We celebrate athletes, civil rights leaders and others during Black History Month, but there is often very little conversation about black legacy in business.
Our guest today is Alfred A. Edmond Jr., Senior Vice President and Executive Editor-at-Large of BLACK ENTERPRISE, responsible for providing brand, marketing and content leadership as a member of the multimedia company’s senior management team.
In today’s conversation, Alfred and I discuss a few of the black business legends who paved the path for today’s generation. Alfred shares their stories, his connection to them and several black business books we should be reading to learn more about these business legends.
Connect with Alfred:
- Why Should White Guys Have All The Fun by Reginald Lewis
- Black Titan: A.G. Gaston and the Making of a Black American Millionaire
- How to Succeed in Business Without Being White: Straight Talk on Making It in America
- Black Enterprise Titans of the BE100s: Black CEOs who Redefined and Conquered American Business
- Building Atlanta: How I Broke Through Segregation to Launch a Business Empire
Reginald F. Lewis
Reginald F. Lewis (December 7, 1942 – January 19, 1993), was an American businessman. He was the richest African-American man in the 1980s. Born in Baltimore, Maryland, he grew up in a middle-class neighborhood. He won a football scholarship to Virginia State College, graduating with a degree in political science in 1965. He graduated from Harvard Law School in 1968 and was a member of Kappa Alpha Psi.
- Reginald F. Lewis was born in Baltimore, Maryland
- Reginald F. Lewis did a landmark leveraged buyout of Beatrice International Foods in 1987
- It was the largest offshore leveraged buyout ever, by anybody of any background
- Reginald F. Lewis created the first billion dollar black-owned company called TLC Beatrice International
- Pioneers: Reginald F. Lewis and the Making of a Billion Dollar Empire
- Biography: Why Should White Guys Have All The Fun
- His book inspired two or three generations of black corporate lawyers, black entrepreneurs, and black financiers
Arthur George Gaston (July 4, 1892 – January 19, 1996) was an American businessman who established a number of businesses in Birmingham, Alabama, and who played a significant role in the struggle to integrate Birmingham in 1963. In his lifetime, Gaston’s companies were some of the most prominent African-American businesses in the American South.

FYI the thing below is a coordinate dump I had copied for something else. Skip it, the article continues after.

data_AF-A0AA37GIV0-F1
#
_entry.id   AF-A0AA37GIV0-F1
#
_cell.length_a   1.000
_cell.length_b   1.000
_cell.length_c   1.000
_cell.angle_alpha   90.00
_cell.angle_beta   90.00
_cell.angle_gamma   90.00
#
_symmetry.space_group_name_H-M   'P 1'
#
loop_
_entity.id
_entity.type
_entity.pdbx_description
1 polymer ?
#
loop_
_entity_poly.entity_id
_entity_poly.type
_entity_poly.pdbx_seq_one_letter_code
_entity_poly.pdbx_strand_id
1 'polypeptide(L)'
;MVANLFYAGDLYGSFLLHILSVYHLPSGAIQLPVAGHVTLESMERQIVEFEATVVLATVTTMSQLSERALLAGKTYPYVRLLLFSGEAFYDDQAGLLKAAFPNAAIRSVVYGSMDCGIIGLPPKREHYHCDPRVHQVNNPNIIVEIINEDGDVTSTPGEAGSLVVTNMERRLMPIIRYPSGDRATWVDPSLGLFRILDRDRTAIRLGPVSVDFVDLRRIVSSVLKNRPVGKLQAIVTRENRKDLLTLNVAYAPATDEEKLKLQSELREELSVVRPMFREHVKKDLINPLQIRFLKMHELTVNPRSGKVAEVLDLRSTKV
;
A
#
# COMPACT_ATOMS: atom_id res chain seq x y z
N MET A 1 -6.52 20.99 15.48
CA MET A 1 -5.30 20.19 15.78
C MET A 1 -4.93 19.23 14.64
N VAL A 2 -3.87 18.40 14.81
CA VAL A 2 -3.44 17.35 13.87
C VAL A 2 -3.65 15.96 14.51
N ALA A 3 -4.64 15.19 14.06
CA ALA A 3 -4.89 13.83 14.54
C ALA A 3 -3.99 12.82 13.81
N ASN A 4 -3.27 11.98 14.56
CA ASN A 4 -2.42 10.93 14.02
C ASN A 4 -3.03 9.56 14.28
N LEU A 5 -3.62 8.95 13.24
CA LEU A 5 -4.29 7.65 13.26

- A.G. Gaston built his business empire in Birmingham, Alabama at the height of Jim Crow
- He owned Booker T. Washington Insurance Company, a bank, a hotel, radio station properties
- BOOK: Black Titan: A.G. Gaston and the Making of a Black American Millionaire
- He was a mentor to the John Johnsons, and Earl Graves, Sr in totally adverse circumstances
Janice Bryant Howroyd (born September 1, 1952) is an entrepreneur, educator, ambassador, businesswoman, author, and mentor. She is founder and Chief Executive Officer of The ACT-1 Group, the largest privately held, woman owned workforce solutions company founded in the U.S. The Act-1 Group also holds a Minority ownership status, and is a multibillion-dollar (USD) award-winning international Talent and Talent Technology enterprise with multiple divisions operating in 19 countries with over 17,000 clients and 2,600 employees worldwide.
- Janice Bryant-Howroyd owns the largest black female owned business, called The ACT-1 Group
- Janice Bryant-Howroyd owns the 2nd largest black business
- The ACT-1 Group did $2.8 billion in revenue in 2016
- She is a proud HBCU alum of North Carolina A&T State University
- Her net worth is estimated at $420 million
- Janice Bryant-Howroyd on Instagram
Herman J. Russell
Herman J. Russell, the founder and former Chief Executive Officer of H. J. Russell and Company, was a nationally recognized entrepreneur and philanthropist, as well as a highly influential leader in Atlanta. Over the course of fifty years, Russell amassed one of the nation’s most profitable minority-owned business empires, turning a small plastering company into a construction and real estate conglomerate.
- Herman J. Russell is the Founder of H.J. Russell Construction
- If you look at the Atlanta skyline today, you’ll see much of the work of H.J. Russell Construction
- He was one of the first leaders of the Chamber of Commerce
- He mentored other black owners in the construction business and helped them do business around the country
- Accomplished all he did with a noticeable speech impediment
- He never missed a payroll in the time running his company
- His Book: Building Atlanta: How I Broke Through Segregation to Launch a Business Empire
Earl G. Graves Sr.
Earl Gilbert Graves Sr. (born January 9, 1935) is an American entrepreneur, publisher, businessman, philanthropist, and advocate of African-American businesses. A graduate of Morgan State University, he is the founder of Black Enterprise magazine and chairman of the media company Earl G. Graves, Ltd. He is the current director for Aetna and Executive Board member of the Boy Scouts of America.
- Earl Graves, Sr. is the Founder of Black Enterprise Magazine
- Earl Graves Sr is the business icon that made the stories of other notable black business icons possible
- It is impossible to overstate Earl Graves’ impact
- Proud Alum of Morgan State University
- His son Earl Graves, Jr. is now the CEO of Black Enterprise
- His book: How to Success in Business Without Being White
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